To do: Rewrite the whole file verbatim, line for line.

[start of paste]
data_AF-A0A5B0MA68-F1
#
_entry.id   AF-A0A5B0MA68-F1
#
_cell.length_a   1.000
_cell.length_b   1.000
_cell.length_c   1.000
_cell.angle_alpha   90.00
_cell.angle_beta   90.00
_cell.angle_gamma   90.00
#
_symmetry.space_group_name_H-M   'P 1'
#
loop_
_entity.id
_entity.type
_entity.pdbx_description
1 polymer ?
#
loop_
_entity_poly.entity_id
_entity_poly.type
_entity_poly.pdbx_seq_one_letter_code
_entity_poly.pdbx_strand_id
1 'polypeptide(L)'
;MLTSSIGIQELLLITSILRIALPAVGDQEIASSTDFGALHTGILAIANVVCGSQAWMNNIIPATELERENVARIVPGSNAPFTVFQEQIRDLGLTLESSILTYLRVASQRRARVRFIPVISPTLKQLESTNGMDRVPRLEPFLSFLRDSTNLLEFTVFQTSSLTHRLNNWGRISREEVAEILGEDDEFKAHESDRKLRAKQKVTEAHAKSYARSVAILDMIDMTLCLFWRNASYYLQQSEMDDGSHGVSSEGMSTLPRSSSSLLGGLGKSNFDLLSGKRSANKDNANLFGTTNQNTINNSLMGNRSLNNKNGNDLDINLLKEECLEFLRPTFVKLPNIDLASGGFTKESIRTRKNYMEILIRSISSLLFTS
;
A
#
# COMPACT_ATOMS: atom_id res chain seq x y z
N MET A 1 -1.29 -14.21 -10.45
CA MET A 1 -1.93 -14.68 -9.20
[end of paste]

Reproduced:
data_AF-A0A5B0MA68-F1
#
_entry.id   AF-A0A5B0MA68-F1
#
_cell.length_a   1.000
_cell.length_b   1.000
_cell.length_c   1.000
_cell.angle_alpha   90.00
_cell.angle_beta   90.00
_cell.angle_gamma   90.00
#
_symmetry.space_group_name_H-M   'P 1'
#
loop_
_entity.id
_entity.type
_entity.pdbx_description
1 polymer ?
#
loop_
_entity_poly.entity_id
_entity_poly.type
_entity_poly.pdbx_seq_one_letter_code
_entity_poly.pdbx_strand_id
1 'polypeptide(L)'
;MLTSSIGIQELLLITSILRIALPAVGDQEIASSTDFGALHTGILAIANVVCGSQAWMNNIIPATELERENVARIVPGSNAPFTVFQEQIRDLGLTLESSILTYLRVASQRRARVRFIPVISPTLKQLESTNGMDRVPRLEPFLSFLRDSTNLLEFTVFQTSSLTHRLNNWGRISREEVAEILGEDDEFKAHESDRKLRAKQKVTEAHAKSYARSVAILDMIDMTLCLFWRNASYYLQQSEMDDGSHGVSSEGMSTLPRSSSSLLGGLGKSNFDLLSGKRSANKDNANLFGTTNQNTINNSLMGNRSLNNKNGNDLDINLLKEECLEFLRPTFVKLPNIDLASGGFTKESIRTRKNYMEILIRSISSLLFTS
;
A
#
# COMPACT_ATOMS: atom_id res chain seq x y z
N MET A 1 -1.29 -14.21 -10.45
CA MET A 1 -1.93 -14.68 -9.20